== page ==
Pressure review – pioneering story of living with British racism retains its power


Ové’s groundbreaking drama from 1975, “Pressure”, has been restored and re-released as part of a retrospective at BFI Southbank in London. As the first feature-length black British film, it is a dynamic and raw portrayal, with Ové using bold strokes to convey its message with captivating energy. Its style and themes resemble those of a modern graphic novel, fearlessly tackling issues of Black Power and social realism while incorporating elements of comedy, tragedy, and irony. The film also includes a surreal fantasy sequence, a chilling hospital scene, and an intense police chase reminiscent of “The Sweeney”.

The reappearance of the film may evoke nostalgia for the 70s, but it also serves as a reminder that the struggles faced by Britain’s black communities have not lessened. As we watch this film against the backdrop of events such as the New Cross fire, Stephen Lawrence’s murder, and the “hostile environment” policy implemented by Teresa May, which resulted in the deportation of Windrush veterans who were previously praised by the media establishment during the 70th anniversary in 2018, it becomes clear that the issues are still prevalent. Viewing the movie on the big screen is an unsettling experience, as the grittiness of pre-gentrified Ladbroke Grove in west London is depicted in vivid and surreal detail. Ové effectively incorporates real people and street scenes as his characters move through their surroundings; at one point, a frustrated woman can be seen trying to pass through the scene while the characters are in dialogue.

The plot of the story revolves around a Trinidadian family. Lucas, portrayed by Frank Singuineau, is an immigrant from the Windrush generation and owns a corner shop. He is married to the strong-willed Bopsie, played brilliantly by Lucita Lijertwood. Their two sons are Colin, who is portrayed with impressive strength and intensity by Oscar James, and Tony, a timid and kind-hearted young man (played by Herbert Norville) who is actively seeking employment and trying to fit into the white society. (Norville later gave a remarkable performance in Jack Rosenthal’s play, The Chain.) As Tony becomes disillusioned, he becomes involved in criminal activities and also becomes a part of Colin’s political circle. He also faces discrimination from both the police and the narrow-minded landlady of a white girl he had been escorting home.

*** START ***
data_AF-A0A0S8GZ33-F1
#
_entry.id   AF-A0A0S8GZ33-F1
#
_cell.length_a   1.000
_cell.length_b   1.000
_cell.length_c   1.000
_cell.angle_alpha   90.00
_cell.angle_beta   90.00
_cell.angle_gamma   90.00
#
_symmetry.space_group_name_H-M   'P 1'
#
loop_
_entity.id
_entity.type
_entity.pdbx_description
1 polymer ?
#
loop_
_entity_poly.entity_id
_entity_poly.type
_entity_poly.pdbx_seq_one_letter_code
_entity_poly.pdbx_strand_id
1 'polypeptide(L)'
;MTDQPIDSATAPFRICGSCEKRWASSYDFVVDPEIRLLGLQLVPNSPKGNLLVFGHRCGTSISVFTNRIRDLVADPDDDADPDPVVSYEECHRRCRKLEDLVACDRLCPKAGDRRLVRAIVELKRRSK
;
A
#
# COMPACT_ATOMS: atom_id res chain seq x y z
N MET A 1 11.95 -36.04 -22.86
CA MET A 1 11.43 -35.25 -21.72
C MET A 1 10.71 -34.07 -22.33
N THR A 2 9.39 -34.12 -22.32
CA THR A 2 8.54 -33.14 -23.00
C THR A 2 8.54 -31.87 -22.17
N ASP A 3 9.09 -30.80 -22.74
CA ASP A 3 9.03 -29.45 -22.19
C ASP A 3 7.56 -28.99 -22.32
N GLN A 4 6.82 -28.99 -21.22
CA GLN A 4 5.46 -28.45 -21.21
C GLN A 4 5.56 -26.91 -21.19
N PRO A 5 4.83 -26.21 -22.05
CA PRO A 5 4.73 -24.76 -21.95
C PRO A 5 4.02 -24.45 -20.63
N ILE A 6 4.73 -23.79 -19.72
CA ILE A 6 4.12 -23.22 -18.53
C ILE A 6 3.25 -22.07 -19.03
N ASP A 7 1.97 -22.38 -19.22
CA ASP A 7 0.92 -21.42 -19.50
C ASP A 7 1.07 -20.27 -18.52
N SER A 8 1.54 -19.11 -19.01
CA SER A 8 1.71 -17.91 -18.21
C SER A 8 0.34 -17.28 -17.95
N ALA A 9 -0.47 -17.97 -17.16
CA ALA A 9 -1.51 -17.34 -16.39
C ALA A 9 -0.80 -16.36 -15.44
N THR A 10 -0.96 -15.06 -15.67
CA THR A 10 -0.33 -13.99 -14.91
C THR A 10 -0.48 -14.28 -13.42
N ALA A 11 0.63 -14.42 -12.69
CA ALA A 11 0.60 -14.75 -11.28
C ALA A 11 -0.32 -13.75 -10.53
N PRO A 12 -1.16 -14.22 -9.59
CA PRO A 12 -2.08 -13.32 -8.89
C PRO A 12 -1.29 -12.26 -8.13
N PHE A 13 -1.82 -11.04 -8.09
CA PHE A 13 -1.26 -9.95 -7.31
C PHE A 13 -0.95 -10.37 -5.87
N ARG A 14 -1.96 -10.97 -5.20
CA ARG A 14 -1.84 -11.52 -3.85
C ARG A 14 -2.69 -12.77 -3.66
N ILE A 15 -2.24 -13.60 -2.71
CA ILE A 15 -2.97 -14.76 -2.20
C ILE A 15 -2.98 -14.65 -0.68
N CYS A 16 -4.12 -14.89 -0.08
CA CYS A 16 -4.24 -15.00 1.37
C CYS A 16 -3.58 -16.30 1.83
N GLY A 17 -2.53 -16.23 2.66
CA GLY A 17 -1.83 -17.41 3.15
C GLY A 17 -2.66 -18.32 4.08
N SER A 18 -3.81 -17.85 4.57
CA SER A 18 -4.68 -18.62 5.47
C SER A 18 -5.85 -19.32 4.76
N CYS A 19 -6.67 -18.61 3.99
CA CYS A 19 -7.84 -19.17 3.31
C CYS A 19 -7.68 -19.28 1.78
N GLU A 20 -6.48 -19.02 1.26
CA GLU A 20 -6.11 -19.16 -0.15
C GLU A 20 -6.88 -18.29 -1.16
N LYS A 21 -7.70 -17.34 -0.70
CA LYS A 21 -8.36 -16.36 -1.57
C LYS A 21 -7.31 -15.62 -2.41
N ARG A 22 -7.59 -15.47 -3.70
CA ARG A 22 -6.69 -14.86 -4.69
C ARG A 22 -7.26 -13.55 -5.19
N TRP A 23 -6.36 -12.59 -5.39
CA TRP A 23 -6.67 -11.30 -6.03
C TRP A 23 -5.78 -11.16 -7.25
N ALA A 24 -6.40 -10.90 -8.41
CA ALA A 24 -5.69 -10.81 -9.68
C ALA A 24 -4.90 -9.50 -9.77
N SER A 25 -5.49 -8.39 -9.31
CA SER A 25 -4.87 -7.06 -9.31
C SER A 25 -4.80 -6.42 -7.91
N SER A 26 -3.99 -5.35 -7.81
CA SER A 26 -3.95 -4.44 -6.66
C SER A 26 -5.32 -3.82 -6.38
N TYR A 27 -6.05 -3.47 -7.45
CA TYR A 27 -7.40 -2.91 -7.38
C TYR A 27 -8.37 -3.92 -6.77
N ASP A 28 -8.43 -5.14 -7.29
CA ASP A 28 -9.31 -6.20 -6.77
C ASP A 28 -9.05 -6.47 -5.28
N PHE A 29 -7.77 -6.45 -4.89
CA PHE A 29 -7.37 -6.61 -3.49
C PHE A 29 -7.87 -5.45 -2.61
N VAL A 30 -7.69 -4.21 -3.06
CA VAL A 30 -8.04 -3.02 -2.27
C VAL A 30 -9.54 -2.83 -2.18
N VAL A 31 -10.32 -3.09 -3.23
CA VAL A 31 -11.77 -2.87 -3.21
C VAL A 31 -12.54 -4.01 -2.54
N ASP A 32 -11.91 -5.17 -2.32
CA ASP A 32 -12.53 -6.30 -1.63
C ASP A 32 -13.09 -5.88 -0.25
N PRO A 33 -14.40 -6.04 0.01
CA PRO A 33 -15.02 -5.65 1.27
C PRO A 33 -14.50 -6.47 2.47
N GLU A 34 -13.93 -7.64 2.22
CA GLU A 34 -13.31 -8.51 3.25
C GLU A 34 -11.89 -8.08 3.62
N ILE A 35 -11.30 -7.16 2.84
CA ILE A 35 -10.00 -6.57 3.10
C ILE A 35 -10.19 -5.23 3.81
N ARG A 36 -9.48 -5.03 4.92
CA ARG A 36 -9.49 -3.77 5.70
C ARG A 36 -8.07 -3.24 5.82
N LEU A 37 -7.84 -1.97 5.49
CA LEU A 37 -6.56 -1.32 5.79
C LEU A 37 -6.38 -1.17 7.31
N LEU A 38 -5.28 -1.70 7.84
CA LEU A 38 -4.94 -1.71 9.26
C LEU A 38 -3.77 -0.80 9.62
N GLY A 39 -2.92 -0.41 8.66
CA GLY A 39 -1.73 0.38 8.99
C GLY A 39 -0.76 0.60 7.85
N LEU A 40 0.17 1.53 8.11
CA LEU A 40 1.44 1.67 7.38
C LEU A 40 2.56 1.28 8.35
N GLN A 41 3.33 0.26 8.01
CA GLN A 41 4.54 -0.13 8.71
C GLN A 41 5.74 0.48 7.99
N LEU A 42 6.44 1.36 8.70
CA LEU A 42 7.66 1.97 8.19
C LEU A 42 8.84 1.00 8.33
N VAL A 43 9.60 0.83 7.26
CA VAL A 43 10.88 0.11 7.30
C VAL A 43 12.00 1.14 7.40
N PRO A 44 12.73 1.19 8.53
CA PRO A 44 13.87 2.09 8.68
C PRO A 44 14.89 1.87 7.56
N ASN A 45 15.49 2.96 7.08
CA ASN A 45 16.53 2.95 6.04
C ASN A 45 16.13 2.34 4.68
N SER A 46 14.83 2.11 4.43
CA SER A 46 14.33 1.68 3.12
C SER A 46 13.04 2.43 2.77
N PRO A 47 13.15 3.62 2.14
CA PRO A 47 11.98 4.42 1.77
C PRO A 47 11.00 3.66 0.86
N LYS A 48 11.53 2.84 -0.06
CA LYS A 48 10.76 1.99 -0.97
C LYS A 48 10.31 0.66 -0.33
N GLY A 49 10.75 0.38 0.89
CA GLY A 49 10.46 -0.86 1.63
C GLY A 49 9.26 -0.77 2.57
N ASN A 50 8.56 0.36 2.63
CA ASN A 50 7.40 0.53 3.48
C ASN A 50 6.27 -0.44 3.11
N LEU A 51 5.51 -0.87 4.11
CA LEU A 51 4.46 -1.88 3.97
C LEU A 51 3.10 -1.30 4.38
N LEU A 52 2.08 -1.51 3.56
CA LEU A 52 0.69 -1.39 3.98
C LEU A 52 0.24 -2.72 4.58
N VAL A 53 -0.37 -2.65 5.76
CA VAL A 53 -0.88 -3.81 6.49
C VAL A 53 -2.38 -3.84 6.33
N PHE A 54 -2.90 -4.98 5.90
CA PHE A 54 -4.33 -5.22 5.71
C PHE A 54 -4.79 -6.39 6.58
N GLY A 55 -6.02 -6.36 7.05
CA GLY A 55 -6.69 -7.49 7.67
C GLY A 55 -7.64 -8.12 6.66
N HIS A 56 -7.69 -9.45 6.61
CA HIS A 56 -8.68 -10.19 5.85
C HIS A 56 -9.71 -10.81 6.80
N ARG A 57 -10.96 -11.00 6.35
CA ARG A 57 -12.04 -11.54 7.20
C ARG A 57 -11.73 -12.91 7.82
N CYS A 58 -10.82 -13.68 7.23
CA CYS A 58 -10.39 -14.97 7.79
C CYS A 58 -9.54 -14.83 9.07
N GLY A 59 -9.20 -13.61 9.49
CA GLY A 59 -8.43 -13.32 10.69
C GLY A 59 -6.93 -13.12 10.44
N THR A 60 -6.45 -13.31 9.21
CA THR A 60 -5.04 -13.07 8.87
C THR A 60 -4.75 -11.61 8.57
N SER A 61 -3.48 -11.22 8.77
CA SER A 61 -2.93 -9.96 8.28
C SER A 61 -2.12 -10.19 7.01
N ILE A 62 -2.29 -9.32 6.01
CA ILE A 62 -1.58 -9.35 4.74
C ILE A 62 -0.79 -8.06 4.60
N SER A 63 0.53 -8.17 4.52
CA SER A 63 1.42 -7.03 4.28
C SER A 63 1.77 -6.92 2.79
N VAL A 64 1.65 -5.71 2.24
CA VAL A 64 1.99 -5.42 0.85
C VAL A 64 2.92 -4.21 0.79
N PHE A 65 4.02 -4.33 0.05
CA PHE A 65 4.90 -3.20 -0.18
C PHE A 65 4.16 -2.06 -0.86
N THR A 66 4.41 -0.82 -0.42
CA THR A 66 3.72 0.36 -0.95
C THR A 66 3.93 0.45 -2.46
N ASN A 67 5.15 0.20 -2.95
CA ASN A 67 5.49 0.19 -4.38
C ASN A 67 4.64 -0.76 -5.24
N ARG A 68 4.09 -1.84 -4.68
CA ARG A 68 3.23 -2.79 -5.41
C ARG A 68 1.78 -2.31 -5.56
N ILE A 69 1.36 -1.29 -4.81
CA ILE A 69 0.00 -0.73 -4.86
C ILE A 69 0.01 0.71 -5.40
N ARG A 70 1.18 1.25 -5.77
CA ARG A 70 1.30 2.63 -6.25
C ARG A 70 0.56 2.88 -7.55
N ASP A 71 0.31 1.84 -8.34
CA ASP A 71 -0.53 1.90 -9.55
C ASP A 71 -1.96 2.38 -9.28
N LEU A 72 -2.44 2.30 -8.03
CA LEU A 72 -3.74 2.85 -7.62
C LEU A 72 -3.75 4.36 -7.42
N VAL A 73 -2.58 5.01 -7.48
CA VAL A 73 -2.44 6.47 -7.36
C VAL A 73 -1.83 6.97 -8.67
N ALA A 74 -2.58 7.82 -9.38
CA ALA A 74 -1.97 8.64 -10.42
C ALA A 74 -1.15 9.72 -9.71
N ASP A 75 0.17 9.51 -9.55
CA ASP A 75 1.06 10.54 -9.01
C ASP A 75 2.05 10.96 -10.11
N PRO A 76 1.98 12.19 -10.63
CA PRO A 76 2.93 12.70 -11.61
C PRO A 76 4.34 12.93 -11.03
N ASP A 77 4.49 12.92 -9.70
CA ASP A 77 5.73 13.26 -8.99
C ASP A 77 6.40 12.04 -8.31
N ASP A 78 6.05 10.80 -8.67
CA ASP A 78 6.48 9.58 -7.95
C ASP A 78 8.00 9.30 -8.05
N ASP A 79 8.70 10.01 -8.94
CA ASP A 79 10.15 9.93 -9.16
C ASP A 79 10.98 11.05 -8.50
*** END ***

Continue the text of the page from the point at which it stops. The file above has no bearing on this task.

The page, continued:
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My favourite scene in Pressure is the excruciating sequence when Tony comes for an interview for a white-collar filing job in some down-at-heel government department. His very presence causes pressure, a weird miasma of smiling unease among the entire staff as he is ushered into the manager’s office for the interview (although the glimpse of this man’s secret porn stash is a moment of broad comedy at odds with the subtlety of this moment). All too clearly everyone had been expecting a white candidate, and now the interviewer has to go through the motions of a fair-minded assessment before he is able to usher this disturbing person back out the door. The interview is artificially distended and lengthened by the manager, who has a fixed, glassy-eyed expression, as he makes an elaborate show of poring over Tony’s CV and qualifications. He occasionally looks up with a polite, quizzical smile – mannerisms which are intended to pacify and subdue and, as Tony is only now learning, do not indicate any genuine thoughtfulness or even honest indecision on the interviewer’s part. It is a theatre of polite rejection.

Tony will finally discover a sense of belonging in the Black Power movement. As someone who is referred to as the “English” kid and was born in England, he offers valuable insights that could be considered intersectional, especially in 2023. In Britain, black people face racism similar to the exclusion and snobbery experienced by the working class white population. This often leads to the latter harboring hatred towards black people as a way to boost their own self-esteem. On the other hand, Colin critiques capitalism and culture by highlighting the discrepancy between the value placed on avocados in 1975 Britain, where they were seen as a luxurious delicacy for dinner parties, and their commonness in his home country, Trinidad, where they are called “zaboca” and even used to feed pigs. Despite progress, societal pressure still holds a significant amount of influence.


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